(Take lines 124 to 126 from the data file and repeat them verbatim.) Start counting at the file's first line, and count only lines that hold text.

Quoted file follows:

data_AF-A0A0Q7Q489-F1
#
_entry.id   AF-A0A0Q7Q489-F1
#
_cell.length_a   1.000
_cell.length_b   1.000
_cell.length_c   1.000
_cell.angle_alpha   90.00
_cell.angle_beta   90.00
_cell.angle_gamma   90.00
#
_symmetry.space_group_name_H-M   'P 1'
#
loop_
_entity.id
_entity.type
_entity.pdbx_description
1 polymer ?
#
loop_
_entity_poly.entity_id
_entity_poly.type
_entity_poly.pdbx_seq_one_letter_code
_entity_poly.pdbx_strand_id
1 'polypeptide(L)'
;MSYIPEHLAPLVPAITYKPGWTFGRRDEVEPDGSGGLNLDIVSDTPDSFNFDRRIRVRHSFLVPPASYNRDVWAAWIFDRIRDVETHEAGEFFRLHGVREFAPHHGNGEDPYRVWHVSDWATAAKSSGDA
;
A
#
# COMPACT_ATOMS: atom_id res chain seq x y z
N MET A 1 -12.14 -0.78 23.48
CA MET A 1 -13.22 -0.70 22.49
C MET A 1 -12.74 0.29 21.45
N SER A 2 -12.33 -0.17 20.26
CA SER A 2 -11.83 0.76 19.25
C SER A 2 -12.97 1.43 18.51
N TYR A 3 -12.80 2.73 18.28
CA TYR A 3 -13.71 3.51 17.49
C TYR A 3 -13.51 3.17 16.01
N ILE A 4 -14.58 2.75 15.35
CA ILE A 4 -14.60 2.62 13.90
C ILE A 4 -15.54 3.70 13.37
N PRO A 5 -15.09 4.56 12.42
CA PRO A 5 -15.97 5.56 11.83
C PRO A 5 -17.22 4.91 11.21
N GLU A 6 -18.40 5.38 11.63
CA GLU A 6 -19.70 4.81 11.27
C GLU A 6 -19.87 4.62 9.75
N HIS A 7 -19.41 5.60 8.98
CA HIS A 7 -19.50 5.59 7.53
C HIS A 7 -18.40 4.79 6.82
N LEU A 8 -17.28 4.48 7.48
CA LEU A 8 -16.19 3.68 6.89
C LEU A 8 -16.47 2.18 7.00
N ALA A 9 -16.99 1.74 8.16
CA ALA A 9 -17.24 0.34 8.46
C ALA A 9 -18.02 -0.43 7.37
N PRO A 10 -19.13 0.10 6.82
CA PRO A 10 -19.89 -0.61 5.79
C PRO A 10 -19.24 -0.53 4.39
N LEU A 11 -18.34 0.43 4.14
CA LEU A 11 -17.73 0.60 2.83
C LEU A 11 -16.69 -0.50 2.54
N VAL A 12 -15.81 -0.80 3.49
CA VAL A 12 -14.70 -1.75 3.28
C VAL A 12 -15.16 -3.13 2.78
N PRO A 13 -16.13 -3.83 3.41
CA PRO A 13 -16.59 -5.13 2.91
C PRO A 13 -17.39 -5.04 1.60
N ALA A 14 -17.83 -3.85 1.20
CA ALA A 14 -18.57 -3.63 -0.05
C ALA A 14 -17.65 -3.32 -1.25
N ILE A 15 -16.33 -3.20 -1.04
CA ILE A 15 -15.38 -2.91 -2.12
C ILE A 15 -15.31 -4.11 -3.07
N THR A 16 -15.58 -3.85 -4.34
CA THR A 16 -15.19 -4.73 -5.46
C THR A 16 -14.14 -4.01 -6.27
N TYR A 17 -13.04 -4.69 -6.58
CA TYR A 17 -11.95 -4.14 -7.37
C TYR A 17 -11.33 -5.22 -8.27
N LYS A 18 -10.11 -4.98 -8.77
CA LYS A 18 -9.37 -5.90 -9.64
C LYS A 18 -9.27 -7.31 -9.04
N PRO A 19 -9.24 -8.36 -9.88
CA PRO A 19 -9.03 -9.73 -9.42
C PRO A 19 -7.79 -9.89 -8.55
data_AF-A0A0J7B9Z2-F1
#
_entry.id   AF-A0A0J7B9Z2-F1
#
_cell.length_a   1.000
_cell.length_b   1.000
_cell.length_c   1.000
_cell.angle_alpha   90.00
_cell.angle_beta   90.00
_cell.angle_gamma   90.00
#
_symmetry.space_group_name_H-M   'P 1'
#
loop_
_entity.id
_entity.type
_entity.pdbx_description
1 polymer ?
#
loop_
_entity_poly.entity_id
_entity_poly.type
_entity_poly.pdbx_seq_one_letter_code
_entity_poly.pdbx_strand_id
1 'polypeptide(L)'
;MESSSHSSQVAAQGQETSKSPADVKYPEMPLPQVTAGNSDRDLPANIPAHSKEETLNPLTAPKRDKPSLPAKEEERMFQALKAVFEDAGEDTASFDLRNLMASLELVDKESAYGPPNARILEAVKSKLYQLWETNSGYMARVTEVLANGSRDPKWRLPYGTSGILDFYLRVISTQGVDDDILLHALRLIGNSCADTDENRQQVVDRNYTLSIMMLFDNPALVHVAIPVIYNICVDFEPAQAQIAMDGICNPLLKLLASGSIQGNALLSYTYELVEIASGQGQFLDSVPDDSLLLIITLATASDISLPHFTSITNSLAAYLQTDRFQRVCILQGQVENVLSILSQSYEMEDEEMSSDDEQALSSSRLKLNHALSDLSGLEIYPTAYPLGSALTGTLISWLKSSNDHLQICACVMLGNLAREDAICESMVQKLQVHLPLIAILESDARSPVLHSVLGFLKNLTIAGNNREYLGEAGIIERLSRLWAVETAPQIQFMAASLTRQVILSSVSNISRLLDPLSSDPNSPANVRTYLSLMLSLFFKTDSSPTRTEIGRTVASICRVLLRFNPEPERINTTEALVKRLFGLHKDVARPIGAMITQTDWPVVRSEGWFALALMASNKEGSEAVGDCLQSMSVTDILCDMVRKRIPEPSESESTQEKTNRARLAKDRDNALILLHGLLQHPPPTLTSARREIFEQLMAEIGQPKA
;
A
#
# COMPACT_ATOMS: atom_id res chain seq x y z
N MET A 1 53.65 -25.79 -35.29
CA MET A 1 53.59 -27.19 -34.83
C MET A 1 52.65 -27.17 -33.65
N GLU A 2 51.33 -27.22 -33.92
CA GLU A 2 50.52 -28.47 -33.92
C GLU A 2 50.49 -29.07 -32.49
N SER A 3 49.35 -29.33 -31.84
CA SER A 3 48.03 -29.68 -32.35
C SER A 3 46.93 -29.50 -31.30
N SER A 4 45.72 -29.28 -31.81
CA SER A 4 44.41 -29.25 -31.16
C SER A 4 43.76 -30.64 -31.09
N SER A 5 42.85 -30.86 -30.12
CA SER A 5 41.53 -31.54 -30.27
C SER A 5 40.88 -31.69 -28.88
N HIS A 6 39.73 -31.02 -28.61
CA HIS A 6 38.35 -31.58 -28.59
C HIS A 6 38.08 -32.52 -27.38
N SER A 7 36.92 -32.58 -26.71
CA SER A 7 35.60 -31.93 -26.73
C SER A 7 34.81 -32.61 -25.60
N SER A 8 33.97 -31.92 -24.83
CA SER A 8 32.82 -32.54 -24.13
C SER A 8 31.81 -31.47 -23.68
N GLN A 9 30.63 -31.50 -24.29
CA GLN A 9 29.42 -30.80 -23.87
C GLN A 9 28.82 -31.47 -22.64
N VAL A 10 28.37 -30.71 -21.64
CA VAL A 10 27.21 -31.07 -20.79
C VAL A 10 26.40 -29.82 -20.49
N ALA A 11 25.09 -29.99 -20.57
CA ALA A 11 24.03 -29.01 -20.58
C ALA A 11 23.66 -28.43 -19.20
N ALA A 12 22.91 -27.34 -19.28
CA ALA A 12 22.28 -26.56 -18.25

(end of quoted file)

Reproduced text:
N SER A 3 49.35 -29.33 -31.84
CA SER A 3 48.03 -29.68 -32.35
C SER A 3 46.93 -29.50 -31.30